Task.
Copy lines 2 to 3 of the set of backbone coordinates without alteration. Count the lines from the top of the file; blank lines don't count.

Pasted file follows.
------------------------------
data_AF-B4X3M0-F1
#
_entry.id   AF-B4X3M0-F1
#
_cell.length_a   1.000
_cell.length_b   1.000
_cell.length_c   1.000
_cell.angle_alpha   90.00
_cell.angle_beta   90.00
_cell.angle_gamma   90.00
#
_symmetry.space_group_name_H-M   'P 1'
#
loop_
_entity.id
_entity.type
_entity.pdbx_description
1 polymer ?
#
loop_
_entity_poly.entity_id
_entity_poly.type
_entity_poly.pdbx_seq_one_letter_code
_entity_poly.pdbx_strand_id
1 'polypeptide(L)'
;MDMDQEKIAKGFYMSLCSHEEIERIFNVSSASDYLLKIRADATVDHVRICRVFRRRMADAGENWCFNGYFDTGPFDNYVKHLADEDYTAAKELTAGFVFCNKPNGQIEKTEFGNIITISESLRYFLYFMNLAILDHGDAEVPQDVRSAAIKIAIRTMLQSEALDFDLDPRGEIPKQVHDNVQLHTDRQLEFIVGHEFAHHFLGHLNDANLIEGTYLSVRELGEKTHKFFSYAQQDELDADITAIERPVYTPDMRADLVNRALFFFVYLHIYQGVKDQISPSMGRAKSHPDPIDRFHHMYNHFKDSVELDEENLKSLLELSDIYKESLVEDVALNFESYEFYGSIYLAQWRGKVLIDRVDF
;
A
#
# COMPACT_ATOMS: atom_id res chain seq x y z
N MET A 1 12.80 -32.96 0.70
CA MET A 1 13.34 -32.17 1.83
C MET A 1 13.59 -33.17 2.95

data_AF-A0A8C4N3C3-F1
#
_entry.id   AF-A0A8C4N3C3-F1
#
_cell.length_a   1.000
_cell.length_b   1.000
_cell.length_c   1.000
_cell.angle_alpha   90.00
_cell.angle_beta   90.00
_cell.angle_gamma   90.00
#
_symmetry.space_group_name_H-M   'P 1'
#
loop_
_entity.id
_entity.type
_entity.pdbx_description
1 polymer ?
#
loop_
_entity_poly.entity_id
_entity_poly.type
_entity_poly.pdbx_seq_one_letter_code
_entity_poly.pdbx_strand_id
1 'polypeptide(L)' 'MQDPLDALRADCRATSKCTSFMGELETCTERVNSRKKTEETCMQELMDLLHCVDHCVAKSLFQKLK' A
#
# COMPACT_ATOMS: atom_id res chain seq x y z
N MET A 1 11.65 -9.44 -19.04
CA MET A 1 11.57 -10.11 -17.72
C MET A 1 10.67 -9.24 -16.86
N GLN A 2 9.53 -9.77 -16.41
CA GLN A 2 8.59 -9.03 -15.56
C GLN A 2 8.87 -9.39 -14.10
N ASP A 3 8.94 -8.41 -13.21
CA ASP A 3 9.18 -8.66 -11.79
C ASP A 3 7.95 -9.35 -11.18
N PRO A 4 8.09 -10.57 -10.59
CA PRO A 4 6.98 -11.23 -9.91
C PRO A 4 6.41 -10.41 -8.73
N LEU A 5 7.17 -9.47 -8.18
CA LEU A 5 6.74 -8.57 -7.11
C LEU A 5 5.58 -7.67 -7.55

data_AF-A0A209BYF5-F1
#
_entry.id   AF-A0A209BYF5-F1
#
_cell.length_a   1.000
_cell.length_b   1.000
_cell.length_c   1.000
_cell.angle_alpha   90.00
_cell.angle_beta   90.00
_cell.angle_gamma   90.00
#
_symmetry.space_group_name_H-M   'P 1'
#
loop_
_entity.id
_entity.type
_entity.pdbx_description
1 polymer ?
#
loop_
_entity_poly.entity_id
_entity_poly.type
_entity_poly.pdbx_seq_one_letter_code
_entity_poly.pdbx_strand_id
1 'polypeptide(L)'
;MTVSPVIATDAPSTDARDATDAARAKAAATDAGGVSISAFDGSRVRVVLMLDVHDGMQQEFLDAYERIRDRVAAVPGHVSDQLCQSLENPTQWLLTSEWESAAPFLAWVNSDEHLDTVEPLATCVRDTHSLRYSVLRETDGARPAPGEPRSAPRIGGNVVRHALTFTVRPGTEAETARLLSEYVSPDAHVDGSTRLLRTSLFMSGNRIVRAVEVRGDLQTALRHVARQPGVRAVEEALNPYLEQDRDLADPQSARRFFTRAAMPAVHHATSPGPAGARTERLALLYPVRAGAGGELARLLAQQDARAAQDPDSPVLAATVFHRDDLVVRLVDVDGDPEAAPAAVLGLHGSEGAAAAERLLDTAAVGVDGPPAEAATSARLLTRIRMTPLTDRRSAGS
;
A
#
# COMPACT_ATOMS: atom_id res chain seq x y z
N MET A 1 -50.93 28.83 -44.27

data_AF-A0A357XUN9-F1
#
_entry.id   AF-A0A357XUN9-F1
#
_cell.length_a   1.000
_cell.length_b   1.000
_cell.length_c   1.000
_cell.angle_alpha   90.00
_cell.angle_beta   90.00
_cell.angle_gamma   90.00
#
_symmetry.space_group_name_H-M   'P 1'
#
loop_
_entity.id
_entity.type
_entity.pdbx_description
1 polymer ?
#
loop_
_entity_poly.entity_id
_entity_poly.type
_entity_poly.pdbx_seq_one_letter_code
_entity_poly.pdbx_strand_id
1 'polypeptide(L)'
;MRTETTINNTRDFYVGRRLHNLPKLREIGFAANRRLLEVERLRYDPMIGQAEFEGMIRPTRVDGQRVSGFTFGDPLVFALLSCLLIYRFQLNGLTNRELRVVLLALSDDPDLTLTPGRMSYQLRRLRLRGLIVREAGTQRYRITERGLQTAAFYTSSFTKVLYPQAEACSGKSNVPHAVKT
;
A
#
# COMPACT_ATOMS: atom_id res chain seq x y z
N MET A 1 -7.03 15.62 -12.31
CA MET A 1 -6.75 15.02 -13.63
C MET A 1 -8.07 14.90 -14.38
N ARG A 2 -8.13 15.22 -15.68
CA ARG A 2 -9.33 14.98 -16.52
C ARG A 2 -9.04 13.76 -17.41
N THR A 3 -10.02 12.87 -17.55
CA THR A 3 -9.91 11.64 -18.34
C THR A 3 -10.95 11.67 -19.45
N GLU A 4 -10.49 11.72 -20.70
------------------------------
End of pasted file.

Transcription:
#
_entry.id   AF-B4X3M0-F1